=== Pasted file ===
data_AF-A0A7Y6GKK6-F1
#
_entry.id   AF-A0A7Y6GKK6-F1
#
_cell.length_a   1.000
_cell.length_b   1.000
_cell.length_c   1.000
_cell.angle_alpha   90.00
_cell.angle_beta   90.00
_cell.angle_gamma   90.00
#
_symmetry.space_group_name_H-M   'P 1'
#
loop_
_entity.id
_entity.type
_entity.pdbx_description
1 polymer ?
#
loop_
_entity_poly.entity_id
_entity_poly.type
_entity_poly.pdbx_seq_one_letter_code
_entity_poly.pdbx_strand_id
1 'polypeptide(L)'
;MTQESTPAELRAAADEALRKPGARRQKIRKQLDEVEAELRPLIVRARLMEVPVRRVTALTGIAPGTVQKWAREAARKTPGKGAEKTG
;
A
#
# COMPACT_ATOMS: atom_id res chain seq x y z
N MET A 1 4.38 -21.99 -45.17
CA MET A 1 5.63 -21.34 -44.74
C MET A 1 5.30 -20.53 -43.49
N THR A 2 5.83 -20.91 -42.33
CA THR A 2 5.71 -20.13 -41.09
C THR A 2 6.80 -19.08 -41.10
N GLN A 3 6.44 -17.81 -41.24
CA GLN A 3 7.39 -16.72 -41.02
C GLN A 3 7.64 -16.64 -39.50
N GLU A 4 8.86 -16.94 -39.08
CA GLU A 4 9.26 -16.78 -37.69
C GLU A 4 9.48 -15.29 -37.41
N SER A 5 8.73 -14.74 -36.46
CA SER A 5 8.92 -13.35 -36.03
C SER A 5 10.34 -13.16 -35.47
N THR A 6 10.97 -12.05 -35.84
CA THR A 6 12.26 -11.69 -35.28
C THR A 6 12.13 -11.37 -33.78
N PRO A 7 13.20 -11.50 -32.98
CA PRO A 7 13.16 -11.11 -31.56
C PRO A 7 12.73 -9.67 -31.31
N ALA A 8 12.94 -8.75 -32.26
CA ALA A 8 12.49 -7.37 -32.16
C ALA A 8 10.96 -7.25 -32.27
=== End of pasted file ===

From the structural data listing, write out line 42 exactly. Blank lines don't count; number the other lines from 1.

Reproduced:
C GLU A 4 9.48 -15.29 -37.41